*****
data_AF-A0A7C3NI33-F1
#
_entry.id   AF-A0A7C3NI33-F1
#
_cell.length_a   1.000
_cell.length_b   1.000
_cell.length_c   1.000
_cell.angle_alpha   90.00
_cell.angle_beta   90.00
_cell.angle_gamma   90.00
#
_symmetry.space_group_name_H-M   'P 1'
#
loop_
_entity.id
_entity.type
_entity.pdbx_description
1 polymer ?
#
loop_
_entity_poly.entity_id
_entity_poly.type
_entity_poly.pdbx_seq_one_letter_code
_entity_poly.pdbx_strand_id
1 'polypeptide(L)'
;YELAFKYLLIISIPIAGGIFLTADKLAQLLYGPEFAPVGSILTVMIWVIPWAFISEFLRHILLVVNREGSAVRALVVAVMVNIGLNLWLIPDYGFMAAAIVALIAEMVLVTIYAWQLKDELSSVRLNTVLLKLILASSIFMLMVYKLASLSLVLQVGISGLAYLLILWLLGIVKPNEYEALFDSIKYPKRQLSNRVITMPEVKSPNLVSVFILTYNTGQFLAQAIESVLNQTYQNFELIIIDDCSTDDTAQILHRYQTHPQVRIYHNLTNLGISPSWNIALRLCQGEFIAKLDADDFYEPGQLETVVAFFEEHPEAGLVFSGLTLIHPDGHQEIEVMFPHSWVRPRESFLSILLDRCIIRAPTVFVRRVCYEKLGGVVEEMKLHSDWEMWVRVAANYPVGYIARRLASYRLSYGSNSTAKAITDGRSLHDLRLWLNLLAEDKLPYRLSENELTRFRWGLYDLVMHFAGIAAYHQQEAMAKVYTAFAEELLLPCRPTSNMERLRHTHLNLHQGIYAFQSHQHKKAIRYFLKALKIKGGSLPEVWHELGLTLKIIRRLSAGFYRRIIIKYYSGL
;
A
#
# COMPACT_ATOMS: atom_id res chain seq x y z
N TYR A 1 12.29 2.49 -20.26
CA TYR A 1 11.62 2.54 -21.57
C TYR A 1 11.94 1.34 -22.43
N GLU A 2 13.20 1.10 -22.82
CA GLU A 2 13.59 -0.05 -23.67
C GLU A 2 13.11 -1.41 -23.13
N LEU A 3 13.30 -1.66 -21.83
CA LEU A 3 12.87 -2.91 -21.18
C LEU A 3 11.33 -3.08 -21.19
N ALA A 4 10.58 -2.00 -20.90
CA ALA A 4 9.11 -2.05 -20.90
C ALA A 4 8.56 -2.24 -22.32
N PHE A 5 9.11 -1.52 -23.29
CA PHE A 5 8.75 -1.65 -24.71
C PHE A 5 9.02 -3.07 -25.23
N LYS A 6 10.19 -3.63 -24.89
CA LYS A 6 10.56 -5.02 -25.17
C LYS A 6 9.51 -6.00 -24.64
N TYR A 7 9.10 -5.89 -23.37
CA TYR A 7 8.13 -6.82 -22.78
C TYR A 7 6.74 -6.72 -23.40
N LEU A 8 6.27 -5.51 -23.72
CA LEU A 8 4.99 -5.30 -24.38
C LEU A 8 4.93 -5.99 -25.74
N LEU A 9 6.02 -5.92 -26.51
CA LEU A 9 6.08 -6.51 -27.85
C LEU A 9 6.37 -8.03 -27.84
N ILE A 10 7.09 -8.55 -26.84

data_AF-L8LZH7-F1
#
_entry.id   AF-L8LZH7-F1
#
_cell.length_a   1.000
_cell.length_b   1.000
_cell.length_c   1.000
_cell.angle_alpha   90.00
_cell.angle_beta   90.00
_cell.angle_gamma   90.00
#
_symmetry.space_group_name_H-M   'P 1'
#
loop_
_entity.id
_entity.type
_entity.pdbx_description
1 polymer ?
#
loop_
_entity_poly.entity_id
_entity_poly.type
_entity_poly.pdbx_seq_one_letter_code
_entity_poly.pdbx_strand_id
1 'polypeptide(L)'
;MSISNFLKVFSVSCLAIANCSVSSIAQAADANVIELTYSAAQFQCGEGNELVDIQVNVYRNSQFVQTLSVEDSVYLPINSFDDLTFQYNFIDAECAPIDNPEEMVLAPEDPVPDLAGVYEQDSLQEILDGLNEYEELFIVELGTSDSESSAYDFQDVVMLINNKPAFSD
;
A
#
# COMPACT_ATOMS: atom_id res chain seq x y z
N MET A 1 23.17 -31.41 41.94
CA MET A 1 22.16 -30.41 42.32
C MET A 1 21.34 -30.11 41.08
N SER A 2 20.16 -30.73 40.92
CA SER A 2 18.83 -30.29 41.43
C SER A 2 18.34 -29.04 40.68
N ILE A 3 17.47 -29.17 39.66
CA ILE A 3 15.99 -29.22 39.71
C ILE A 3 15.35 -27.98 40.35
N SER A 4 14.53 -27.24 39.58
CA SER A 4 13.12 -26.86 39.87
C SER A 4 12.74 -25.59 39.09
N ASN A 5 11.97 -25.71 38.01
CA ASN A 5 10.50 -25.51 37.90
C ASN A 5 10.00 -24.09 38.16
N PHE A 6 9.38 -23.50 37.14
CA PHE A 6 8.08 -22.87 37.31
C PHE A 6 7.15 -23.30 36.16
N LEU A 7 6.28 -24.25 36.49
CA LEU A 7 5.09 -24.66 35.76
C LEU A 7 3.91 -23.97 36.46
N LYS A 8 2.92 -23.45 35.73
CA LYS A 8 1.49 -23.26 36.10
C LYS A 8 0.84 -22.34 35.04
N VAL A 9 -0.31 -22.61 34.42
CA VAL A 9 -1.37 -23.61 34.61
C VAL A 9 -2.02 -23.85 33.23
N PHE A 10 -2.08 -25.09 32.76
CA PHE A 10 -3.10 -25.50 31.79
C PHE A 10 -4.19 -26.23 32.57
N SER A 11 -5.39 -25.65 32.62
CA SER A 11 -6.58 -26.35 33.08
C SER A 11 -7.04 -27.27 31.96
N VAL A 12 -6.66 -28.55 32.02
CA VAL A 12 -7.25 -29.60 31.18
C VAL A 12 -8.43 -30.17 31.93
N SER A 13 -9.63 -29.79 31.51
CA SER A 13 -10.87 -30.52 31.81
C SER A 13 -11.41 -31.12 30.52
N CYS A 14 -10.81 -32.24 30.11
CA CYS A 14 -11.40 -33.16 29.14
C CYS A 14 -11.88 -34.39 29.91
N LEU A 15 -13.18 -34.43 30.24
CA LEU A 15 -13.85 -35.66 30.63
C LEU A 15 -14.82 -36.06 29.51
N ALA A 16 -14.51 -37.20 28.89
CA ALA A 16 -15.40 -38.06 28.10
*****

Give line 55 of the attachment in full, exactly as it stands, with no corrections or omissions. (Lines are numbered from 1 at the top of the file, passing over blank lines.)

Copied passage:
N LEU A 9 6.02 -5.92 -26.51